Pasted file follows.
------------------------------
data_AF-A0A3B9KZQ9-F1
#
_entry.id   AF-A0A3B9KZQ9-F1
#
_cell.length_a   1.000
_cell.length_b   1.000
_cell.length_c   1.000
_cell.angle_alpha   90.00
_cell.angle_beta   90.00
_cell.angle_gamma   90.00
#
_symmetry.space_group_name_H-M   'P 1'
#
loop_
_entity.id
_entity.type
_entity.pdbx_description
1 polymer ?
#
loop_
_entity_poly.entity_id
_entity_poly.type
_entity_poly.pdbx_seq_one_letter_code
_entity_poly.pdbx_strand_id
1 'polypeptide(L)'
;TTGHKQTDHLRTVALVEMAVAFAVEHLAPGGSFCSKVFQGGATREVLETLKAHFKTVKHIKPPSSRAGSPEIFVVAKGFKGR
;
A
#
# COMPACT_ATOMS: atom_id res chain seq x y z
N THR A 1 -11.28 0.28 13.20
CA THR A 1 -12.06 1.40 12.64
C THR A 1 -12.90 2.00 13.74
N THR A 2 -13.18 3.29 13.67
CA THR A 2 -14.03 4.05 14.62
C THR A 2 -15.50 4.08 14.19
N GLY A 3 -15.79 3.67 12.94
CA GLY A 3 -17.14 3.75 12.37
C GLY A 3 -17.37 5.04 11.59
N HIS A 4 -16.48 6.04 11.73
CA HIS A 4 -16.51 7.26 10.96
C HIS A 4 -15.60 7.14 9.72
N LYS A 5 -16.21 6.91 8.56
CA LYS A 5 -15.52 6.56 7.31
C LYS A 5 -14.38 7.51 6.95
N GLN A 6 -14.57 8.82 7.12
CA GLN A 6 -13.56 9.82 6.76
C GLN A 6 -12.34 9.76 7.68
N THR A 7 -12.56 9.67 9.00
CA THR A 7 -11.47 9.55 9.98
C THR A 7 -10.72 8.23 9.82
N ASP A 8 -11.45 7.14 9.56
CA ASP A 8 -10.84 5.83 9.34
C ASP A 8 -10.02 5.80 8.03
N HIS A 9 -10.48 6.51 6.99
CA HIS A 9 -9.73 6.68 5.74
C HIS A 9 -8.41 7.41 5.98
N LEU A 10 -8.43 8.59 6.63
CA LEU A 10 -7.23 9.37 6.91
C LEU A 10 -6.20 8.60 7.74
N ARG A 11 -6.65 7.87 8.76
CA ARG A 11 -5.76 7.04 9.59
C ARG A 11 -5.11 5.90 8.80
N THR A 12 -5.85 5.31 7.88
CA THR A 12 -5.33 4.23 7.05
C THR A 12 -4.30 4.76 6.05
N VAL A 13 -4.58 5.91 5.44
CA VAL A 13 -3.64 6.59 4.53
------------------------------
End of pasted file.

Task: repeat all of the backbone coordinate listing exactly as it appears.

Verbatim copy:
data_AF-A0A3B9KZQ9-F1
#
_entry.id   AF-A0A3B9KZQ9-F1
#
_cell.length_a   1.000
_cell.length_b   1.000
_cell.length_c   1.000
_cell.angle_alpha   90.00
_cell.angle_beta   90.00
_cell.angle_gamma   90.00
#
_symmetry.space_group_name_H-M   'P 1'
#
loop_
_entity.id
_entity.type
_entity.pdbx_description
1 polymer ?
#
loop_
_entity_poly.entity_id
_entity_poly.type
_entity_poly.pdbx_seq_one_letter_code
_entity_poly.pdbx_strand_id
1 'polypeptide(L)'
;TTGHKQTDHLRTVALVEMAVAFAVEHLAPGGSFCSKVFQGGATREVLETLKAHFKTVKHIKPPSSRAGSPEIFVVAKGFKGR
;
A
#
# COMPACT_ATOMS: atom_id res chain seq x y z
N THR A 1 -11.28 0.28 13.20
CA THR A 1 -12.06 1.40 12.64
C THR A 1 -12.90 2.00 13.74
N THR A 2 -13.18 3.29 13.67
CA THR A 2 -14.03 4.05 14.62
C THR A 2 -15.50 4.08 14.19
N GLY A 3 -15.79 3.67 12.94
CA GLY A 3 -17.14 3.75 12.37
C GLY A 3 -17.37 5.04 11.59
N HIS A 4 -16.48 6.04 11.73
CA HIS A 4 -16.51 7.26 10.96
C HIS A 4 -15.60 7.14 9.72
N LYS A 5 -16.21 6.91 8.56
CA LYS A 5 -15.52 6.56 7.31
C LYS A 5 -14.38 7.51 6.95
N GLN A 6 -14.57 8.82 7.12
CA GLN A 6 -13.56 9.82 6.76
C GLN A 6 -12.34 9.76 7.68
N THR A 7 -12.56 9.67 9.00
CA THR A 7 -11.47 9.55 9.98
C THR A 7 -10.72 8.23 9.82
N ASP A 8 -11.45 7.14 9.56
CA ASP A 8 -10.84 5.83 9.34
C ASP A 8 -10.02 5.80 8.03
N HIS A 9 -10.48 6.51 6.99
CA HIS A 9 -9.73 6.68 5.74
C HIS A 9 -8.41 7.41 5.98
N LEU A 10 -8.43 8.59 6.63
CA LEU A 10 -7.23 9.37 6.91
C LEU A 10 -6.20 8.60 7.74
N ARG A 11 -6.65 7.87 8.76
CA ARG A 11 -5.76 7.04 9.59
C ARG A 11 -5.11 5.90 8.80
N THR A 12 -5.85 5.31 7.88
CA THR A 12 -5.33 4.23 7.05
C THR A 12 -4.30 4.76 6.05
N VAL A 13 -4.58 5.91 5.44
CA VAL A 13 -3.64 6.59 4.53